Kathleen | 110 comments I thought that Peter's comnent to Judy was insulting, demeaning and condescending to women. That it should be taken as a dated, sign-of-the-rimes remark does not excuse it. If a man made that or a similar remark to me, I would terminate that relationship forthwith. Judy, for all her alleged intelligence, drinks it in, as though Peter were justified in making a remark of that nature. I'm sorry folks, because I know that the rest of you adore Peter and think that he is perfection personified. To me, however, he is the epitome of sexism. He has all the earmarks of being controlling and verbally abusive.. A control freak is not necessarily a nasty individual but can be someone on the surface mild mannered and loving, but only as long as he is in control.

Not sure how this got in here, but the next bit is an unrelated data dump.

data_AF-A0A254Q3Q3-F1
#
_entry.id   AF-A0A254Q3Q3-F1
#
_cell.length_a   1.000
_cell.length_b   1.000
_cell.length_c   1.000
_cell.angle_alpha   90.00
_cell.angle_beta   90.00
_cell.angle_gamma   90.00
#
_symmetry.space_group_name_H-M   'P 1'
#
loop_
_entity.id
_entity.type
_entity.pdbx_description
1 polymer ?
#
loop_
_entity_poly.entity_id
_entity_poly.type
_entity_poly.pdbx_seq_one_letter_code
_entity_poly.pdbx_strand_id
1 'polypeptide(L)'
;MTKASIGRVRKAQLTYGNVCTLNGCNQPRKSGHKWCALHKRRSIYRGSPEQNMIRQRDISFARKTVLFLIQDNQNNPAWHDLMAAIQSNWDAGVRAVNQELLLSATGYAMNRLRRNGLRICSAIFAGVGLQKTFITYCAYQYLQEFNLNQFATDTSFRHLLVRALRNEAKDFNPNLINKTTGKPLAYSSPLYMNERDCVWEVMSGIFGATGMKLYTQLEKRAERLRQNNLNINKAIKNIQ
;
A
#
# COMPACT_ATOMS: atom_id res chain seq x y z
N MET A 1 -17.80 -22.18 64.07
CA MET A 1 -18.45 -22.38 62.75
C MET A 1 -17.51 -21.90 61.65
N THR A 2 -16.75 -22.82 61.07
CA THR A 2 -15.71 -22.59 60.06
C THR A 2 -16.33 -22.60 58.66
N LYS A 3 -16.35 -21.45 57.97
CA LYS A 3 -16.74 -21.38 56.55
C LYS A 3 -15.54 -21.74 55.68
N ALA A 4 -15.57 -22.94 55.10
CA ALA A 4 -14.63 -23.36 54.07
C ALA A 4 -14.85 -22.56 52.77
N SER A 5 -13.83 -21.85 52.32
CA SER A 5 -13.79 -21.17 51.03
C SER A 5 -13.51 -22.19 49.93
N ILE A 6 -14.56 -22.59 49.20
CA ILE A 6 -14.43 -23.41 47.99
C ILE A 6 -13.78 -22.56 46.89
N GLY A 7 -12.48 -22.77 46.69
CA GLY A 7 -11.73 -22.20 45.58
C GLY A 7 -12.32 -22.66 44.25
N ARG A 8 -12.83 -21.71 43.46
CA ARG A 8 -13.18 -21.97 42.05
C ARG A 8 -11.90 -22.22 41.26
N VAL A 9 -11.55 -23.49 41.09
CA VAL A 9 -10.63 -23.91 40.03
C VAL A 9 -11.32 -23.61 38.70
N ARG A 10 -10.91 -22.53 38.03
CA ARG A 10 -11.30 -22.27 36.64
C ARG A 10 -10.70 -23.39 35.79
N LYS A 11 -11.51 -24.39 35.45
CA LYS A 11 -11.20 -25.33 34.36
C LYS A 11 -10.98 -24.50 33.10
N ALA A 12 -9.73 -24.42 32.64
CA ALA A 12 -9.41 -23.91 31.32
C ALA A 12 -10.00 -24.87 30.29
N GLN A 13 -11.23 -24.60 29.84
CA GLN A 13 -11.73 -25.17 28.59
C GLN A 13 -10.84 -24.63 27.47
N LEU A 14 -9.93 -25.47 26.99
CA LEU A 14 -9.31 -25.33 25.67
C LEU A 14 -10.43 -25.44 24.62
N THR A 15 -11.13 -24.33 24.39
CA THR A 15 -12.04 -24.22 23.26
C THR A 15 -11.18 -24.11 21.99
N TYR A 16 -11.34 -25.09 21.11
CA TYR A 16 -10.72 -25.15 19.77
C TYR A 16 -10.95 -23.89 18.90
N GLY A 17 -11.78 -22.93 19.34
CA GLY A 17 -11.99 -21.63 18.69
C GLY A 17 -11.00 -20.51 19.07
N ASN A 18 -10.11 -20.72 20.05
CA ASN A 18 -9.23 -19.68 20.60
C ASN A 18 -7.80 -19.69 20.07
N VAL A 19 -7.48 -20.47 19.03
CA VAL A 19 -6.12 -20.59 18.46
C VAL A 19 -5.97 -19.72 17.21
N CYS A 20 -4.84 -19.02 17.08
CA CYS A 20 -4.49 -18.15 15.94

William Land (williamland) | 1081 comments Mod
Kathleen wrote: <>

“Are you trying to tell me you've grown up? Just because you looked the part at the wedding---”

Is this the comment about which you are referring, Kathleen? I know that different people feel things differently. I took this remark from Peter as his opportunity to tease Judy. Of course, I cannot offer a woman's viewpoint about this. I am saying what this 60-year-old adult male reader fan thinks.

I never saw Peter as being controlling and verbally abusive in the series. He's far from perfect, but his devotion and love for Judy is strong for this reader and I believe that Margaret Sutton successfully demonstrates this in many of the books. Also, Judy's love and devotion for Peter is frequently expressed.